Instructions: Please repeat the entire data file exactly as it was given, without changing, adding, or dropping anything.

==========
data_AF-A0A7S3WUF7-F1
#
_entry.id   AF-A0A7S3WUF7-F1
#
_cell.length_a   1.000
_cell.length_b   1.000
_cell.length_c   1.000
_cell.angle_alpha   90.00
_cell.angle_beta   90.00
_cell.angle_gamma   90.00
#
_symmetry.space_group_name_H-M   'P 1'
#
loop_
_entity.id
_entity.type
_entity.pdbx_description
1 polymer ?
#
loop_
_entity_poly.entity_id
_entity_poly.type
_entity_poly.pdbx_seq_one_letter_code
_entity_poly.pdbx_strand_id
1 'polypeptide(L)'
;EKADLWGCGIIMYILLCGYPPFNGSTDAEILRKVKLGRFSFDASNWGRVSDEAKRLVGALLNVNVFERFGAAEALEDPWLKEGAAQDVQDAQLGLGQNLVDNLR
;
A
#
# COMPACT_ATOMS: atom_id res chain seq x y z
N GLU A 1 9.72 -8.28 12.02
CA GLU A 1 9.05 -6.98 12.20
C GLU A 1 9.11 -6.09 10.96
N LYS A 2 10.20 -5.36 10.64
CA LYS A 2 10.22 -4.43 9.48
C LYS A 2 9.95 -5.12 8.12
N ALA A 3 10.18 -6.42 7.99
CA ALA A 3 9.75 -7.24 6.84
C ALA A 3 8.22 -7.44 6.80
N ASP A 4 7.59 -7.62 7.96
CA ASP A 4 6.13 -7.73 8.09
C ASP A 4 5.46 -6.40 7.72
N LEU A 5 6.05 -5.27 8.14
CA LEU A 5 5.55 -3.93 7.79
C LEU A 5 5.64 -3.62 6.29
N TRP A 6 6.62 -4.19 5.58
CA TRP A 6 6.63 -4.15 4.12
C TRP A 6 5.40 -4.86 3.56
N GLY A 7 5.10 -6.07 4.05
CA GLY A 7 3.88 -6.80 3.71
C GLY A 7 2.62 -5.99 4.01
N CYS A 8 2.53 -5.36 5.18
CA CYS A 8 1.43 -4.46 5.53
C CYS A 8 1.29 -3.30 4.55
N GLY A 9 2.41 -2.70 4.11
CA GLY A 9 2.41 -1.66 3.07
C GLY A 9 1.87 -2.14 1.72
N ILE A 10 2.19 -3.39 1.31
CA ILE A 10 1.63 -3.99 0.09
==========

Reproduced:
data_AF-A0A7S3WUF7-F1
#
_entry.id   AF-A0A7S3WUF7-F1
#
_cell.length_a   1.000
_cell.length_b   1.000
_cell.length_c   1.000
_cell.angle_alpha   90.00
_cell.angle_beta   90.00
_cell.angle_gamma   90.00
#
_symmetry.space_group_name_H-M   'P 1'
#
loop_
_entity.id
_entity.type
_entity.pdbx_description
1 polymer ?
#
loop_
_entity_poly.entity_id
_entity_poly.type
_entity_poly.pdbx_seq_one_letter_code
_entity_poly.pdbx_strand_id
1 'polypeptide(L)'
;EKADLWGCGIIMYILLCGYPPFNGSTDAEILRKVKLGRFSFDASNWGRVSDEAKRLVGALLNVNVFERFGAAEALEDPWLKEGAAQDVQDAQLGLGQNLVDNLR
;
A
#
# COMPACT_ATOMS: atom_id res chain seq x y z
N GLU A 1 9.72 -8.28 12.02
CA GLU A 1 9.05 -6.98 12.20
C GLU A 1 9.11 -6.09 10.96
N LYS A 2 10.20 -5.36 10.64
CA LYS A 2 10.22 -4.43 9.48
C LYS A 2 9.95 -5.12 8.12
N ALA A 3 10.18 -6.42 7.99
CA ALA A 3 9.75 -7.24 6.84
C ALA A 3 8.22 -7.44 6.80
N ASP A 4 7.59 -7.62 7.96
CA ASP A 4 6.13 -7.73 8.09
C ASP A 4 5.46 -6.40 7.72
N LEU A 5 6.05 -5.27 8.14
CA LEU A 5 5.55 -3.93 7.79
C LEU A 5 5.64 -3.62 6.29
N TRP A 6 6.62 -4.19 5.58
CA TRP A 6 6.63 -4.15 4.12
C TRP A 6 5.40 -4.86 3.56
N GLY A 7 5.10 -6.07 4.05
CA GLY A 7 3.88 -6.80 3.71
C GLY A 7 2.62 -5.99 4.01
N CYS A 8 2.53 -5.36 5.18
CA CYS A 8 1.43 -4.46 5.53
C CYS A 8 1.29 -3.30 4.55
N GLY A 9 2.41 -2.70 4.11
CA GLY A 9 2.41 -1.66 3.07
C GLY A 9 1.87 -2.14 1.72
N ILE A 10 2.19 -3.39 1.31
CA ILE A 10 1.63 -3.99 0.09